Australia has improved its ranking for business cost competitiveness over the past two years, a KPMG comparative study of 100 cities in 10 countries reveals.
In KPMG’s Competitive Alternatives report, out today, Australia has risen from 8th place in 2014 to 5th in 2016. The report examines a range of 26 cost factors including labour, facility, transport, utility, financing and taxation costs, across four business sectors: digital services, R&D, corporate services, and manufacturing.
Australia had the biggest improvement in cost competitiveness of the countries studied between 2014 and 2016, improving by 9.9 percentage points, and moving ahead of France, UK and Japan. Australia and Italy, which was in fourth position, ranked very closely on overall cost advantage. The US and Japan were the least cost-competitive, while Mexico, Canada and the Netherlands had the lowest business costs.
The main reasons for Australia’s increased cost competitiveness were:
- The sharpest depreciation in value of currency of all countries compared to the US dollar, the benchmark for this report. The A$ fell 22.3 percent against the US$ from 2014 to 2016.
- Australia’s proportionately larger decrease in utility costs for both electricity and natural gas – including the withdrawal of the carbon tax.
- Slower wages growth since the mining boom ceased. There has been excess capacity in the labour market, reflected in higher unemployment rates and sluggish salary growth.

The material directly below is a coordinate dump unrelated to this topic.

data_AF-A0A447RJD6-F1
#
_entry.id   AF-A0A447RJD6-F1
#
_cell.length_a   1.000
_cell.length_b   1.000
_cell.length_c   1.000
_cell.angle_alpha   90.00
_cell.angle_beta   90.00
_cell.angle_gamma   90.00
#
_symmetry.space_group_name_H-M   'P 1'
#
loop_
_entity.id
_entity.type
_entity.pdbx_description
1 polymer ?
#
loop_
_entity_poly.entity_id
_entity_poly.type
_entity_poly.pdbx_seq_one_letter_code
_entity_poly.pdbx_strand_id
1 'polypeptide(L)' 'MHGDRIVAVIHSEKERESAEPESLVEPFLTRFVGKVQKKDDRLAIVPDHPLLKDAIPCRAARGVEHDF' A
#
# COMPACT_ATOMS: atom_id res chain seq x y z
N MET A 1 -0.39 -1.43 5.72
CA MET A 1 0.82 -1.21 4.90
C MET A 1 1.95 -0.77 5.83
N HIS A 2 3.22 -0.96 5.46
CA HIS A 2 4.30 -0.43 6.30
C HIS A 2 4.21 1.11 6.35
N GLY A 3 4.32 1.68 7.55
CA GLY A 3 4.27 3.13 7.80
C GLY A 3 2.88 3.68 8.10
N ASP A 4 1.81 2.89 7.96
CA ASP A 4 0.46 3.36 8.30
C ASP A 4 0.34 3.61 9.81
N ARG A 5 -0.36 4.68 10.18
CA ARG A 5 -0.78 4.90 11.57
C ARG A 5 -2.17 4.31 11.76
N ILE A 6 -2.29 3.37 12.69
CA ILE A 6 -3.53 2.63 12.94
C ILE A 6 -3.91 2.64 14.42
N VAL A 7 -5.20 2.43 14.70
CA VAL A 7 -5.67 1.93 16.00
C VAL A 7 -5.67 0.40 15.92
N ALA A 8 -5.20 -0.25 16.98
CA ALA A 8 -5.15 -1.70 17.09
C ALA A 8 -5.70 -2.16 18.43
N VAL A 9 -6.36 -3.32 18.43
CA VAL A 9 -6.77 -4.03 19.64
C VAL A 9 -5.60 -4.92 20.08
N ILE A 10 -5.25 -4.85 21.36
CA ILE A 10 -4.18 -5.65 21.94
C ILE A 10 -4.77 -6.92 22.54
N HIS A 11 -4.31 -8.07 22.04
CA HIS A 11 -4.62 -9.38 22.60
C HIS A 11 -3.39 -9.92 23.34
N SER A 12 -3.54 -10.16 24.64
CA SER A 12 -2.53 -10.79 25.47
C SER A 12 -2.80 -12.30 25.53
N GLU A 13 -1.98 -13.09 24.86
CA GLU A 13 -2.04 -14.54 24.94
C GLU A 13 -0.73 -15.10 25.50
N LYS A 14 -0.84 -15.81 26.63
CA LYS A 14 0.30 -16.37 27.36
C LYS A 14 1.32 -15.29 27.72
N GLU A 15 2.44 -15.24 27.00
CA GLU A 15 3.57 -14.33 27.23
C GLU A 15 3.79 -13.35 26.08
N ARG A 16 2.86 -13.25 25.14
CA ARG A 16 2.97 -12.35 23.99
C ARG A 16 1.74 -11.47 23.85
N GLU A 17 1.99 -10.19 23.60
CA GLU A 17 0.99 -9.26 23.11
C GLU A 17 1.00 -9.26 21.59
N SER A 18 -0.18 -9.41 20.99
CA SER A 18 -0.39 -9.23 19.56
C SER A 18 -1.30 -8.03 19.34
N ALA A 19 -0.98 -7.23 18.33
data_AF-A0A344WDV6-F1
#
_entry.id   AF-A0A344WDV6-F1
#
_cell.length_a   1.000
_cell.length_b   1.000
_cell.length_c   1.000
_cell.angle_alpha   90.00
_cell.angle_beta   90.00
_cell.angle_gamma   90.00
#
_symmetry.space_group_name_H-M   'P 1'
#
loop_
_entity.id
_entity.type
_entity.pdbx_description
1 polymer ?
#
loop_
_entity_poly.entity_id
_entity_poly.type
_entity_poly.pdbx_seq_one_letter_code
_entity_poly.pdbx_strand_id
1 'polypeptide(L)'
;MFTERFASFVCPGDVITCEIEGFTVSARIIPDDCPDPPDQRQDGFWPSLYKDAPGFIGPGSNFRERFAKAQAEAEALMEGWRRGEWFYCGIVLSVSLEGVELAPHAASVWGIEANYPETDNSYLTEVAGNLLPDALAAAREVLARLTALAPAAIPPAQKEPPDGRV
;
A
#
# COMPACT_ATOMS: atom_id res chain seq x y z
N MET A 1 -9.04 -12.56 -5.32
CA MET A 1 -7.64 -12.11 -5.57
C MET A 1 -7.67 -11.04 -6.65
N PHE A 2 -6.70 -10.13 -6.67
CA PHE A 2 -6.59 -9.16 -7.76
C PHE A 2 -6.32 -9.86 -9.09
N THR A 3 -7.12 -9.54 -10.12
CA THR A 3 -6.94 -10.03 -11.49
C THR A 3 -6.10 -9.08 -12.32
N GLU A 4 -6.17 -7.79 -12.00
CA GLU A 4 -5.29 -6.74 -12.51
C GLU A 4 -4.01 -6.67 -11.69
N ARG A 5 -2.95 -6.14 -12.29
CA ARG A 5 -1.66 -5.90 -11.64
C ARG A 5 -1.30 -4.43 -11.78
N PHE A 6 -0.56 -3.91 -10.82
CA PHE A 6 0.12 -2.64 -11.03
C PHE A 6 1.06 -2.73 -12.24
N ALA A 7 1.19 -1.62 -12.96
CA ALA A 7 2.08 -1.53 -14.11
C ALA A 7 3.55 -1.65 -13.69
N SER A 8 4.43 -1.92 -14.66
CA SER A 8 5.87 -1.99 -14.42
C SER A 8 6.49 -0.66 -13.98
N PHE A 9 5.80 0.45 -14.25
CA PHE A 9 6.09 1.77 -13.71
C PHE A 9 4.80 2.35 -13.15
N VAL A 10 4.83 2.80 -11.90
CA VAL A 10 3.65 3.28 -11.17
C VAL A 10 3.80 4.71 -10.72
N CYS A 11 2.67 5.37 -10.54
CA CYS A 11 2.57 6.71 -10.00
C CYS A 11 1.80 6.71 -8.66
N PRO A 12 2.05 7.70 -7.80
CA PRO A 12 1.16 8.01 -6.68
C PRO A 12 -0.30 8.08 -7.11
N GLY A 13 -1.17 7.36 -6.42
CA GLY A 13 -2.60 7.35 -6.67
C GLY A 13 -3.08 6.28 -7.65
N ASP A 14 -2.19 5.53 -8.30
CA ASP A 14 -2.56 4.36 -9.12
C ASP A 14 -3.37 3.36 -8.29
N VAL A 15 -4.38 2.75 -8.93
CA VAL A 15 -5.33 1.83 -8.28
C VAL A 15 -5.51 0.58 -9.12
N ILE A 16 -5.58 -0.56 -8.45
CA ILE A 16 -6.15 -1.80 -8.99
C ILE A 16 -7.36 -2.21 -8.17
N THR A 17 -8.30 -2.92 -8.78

- Counter-balancing the above to some extent was an increase in lease costs for industrial and commercial office space.
Brendan Rynne, KPMG Chief Economist, and leader of the Australian component of the study, said: “The slowdown in the Australian economy since the resources boom tailed off is clearly reflected in the results of this study compared to 2014. Wages growth has slowed, while utility costs have come down. Australia has a consistent middle ranking (5th) for competitiveness among three of the four sectors we considered – digital services, R&D and corporate services – but has higher costs in manufacturing due to high facility leasing and transportation costs. This suggests Australian policymakers must play to our strengths and focus on those areas we do well in. For example we have a strong offering in R&D services, with business costs more than 20 per cent below the US baseline.”
Taking the last two reports together, Australia has improved its cost-competitiveness by a total of 13.8 percentage points since 2012, second only to Japan.
Rankings and cost index results for all countries
(listed from lowest cost to highest)
|High Growth Market|
- 1. Business costs in this table are expressed as a percentage index, with the United States being assigned the baseline index of 100.0. A cost index less than 100 indicates lower costs than the US. For example, an index number of 95.0 represents a 5.0 percent cost advantage relative to the US.
- 2. The US baseline of 100.0 reflects average costs in the four largest US cities: New York City, Los Angeles, Chicago and Dallas-Fort Worth. National costs for all other countries are also based on major cities in each country.
The full report can be accessed at CompetitiveAlternatives.com.